Election Issues

Popular Vote for President Would Help Vermont

This week the House sent Gov. Shumlin the so-called "National Popular Vote" bill. This bill has Vermont join other states across the country in allocating electoral votes a different way. Once enough states pass this bill we will have a popular vote for president. Every vote will be equal and the candidate with the most votes will be guaranteed to win.

The Founders gave states complete control over how their electoral votes work. Today Maine & Nebraska award votes based on the "Congressional District" system - win the most votes in a Congressional district and you get one elector, two more go to the winner of the statewide total. The remaining 48 states (including VT) use the "winner-take-all rule" where the candidate with the most votes gets all of a state's electoral votes.

The winner-take-all rule means that most states are ignored. Vermont is a reliably blue state, so Obama doesn't campaign here because he can't lose, and McCain ignores us because he doesn't care if he loses by 1% or 30%, either way he loses the whole prize. 35 states are in this ignored/safe/fly-over category because we are predictably red or blue. We aren't polled, candidates don't visit us (except to raise money), and they don't advertise or organize in our states.

Consider, during the Fall of 2008 presidential candidates visited New Hampshire twelve times and never once crossed the river to say hi to Vermonters.

That's because New Hampshire was one of fifteen battleground states. In the Fall of 2008, 2/3 of all the money the campaigns spent went to six states and 98% of the money went to fifteen states. This hurts Vermont and most of the country. A single candidate for VT State Senate likely spent more in Vermont than Obama/McCain combined.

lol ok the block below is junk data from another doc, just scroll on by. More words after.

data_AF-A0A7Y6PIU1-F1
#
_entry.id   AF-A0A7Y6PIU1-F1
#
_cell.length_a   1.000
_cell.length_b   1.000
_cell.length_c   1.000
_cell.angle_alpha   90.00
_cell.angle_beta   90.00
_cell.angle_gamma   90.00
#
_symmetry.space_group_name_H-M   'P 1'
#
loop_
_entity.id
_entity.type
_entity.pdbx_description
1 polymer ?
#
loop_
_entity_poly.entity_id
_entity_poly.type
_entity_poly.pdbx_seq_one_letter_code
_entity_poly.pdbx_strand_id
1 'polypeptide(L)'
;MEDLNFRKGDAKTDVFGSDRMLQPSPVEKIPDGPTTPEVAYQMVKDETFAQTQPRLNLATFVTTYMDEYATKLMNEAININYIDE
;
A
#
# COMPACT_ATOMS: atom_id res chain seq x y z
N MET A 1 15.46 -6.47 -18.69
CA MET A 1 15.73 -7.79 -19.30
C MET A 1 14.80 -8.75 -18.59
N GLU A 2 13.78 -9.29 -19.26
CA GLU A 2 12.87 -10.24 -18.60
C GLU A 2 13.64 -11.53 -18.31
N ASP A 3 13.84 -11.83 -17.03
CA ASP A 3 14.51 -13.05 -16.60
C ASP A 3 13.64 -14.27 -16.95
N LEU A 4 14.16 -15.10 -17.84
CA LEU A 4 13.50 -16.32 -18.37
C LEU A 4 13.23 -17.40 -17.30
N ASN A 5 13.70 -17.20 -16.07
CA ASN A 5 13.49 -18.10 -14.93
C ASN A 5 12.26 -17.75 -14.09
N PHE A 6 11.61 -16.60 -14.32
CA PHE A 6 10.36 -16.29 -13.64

Under a popular vote we aren't going to be the center of campaign attention. But we won't be locked out either. We will no longer have vans taking volunteers from Burlington to West Lebanon because people can canvass their neighbors right here at home. If every vote is equal then the contest becomes about margins everywhere. McCain may still lose Vermont but losing by 12% will be much better for him than an 18% defeat.

Under a popular vote Vermonters will have the chance of our opinions being important to candidates. Right now, if a candidate wants to know where voters stand on renewable energy, Vermont is excluded from the poll (as are voters in 34 other states). Under a popular vote our phones will ring. Our mailboxes will get attention. And most importantly, our opinions will be heard and we will know we were a part of making history by passing the National Popular Vote bill.

The bill requires states that possess a majority of the electoral college to sign up before the change takes effect, that is states holding 270 electoral votes. With Vermont coming on board the total signed up is 77 electors or 29% of the way to the goal. We are joining HI, WA, IL, NJ, MA, MD and DC. The effort is relatively new but already has support from over 2,000 of the 7,000 legislators across the country. We could well see this change in the next election or two. And when we do, Vermont will actually matter in a presidential election and presidential elections will adhere to the one person, one vote principle. How refreshing.

Burlington School Board chairman ousted

March 1, 2011, Burlington Free Press, John Briggs

The low turnout for Tuesday’s annual Burlington city election worked well for incumbent city councilors, but not so current School Board members.

School Board Chairman Fred Lane was ousted by newcomer Paul Hochanadel in Ward 5, 508 to 371. In the other contest school board contest, challenger Ed Scott easily defeated incumbent Nathan Moreau in Ward 7, 656-437. Scott made an issue of Moreau’s record of attendance at board and committee meetings.

Lane said he was disappointed by his loss but gratified that voters approved the $53.4 million school budget.

“First and foremost,” he said, “I’m delighted that the school budget passed. I’m very grateful to the voters. That’s six years in a row we’ve passed it on the first try.”